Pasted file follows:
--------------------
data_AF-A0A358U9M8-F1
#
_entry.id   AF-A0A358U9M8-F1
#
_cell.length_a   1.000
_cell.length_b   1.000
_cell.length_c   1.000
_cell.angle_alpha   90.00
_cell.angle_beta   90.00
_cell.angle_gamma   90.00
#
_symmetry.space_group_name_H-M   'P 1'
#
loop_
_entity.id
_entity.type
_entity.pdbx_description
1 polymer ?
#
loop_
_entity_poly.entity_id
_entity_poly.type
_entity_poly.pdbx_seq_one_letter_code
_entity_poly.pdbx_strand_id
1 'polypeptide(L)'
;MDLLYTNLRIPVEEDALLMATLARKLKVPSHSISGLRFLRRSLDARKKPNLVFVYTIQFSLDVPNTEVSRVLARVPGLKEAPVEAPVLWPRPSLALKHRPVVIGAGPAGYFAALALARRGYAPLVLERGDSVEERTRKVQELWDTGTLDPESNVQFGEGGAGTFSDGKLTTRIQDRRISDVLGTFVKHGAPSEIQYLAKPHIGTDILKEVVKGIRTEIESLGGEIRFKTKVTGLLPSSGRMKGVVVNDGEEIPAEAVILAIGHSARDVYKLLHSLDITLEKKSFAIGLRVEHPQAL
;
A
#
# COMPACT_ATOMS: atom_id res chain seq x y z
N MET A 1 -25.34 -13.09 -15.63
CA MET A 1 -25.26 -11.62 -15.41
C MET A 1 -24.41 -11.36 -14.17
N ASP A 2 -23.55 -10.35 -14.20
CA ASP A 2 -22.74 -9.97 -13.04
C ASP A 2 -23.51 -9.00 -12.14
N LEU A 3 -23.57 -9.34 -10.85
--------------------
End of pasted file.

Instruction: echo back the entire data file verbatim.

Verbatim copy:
data_AF-A0A358U9M8-F1
#
_entry.id   AF-A0A358U9M8-F1
#
_cell.length_a   1.000
_cell.length_b   1.000
_cell.length_c   1.000
_cell.angle_alpha   90.00
_cell.angle_beta   90.00
_cell.angle_gamma   90.00
#
_symmetry.space_group_name_H-M   'P 1'
#
loop_
_entity.id
_entity.type
_entity.pdbx_description
1 polymer ?
#
loop_
_entity_poly.entity_id
_entity_poly.type
_entity_poly.pdbx_seq_one_letter_code
_entity_poly.pdbx_strand_id
1 'polypeptide(L)'
;MDLLYTNLRIPVEEDALLMATLARKLKVPSHSISGLRFLRRSLDARKKPNLVFVYTIQFSLDVPNTEVSRVLARVPGLKEAPVEAPVLWPRPSLALKHRPVVIGAGPAGYFAALALARRGYAPLVLERGDSVEERTRKVQELWDTGTLDPESNVQFGEGGAGTFSDGKLTTRIQDRRISDVLGTFVKHGAPSEIQYLAKPHIGTDILKEVVKGIRTEIESLGGEIRFKTKVTGLLPSSGRMKGVVVNDGEEIPAEAVILAIGHSARDVYKLLHSLDITLEKKSFAIGLRVEHPQAL
;
A
#
# COMPACT_ATOMS: atom_id res chain seq x y z
N MET A 1 -25.34 -13.09 -15.63
CA MET A 1 -25.26 -11.62 -15.41
C MET A 1 -24.41 -11.36 -14.17
N ASP A 2 -23.55 -10.35 -14.20
CA ASP A 2 -22.74 -9.97 -13.04
C ASP A 2 -23.51 -9.00 -12.14
N LEU A 3 -23.57 -9.34 -10.85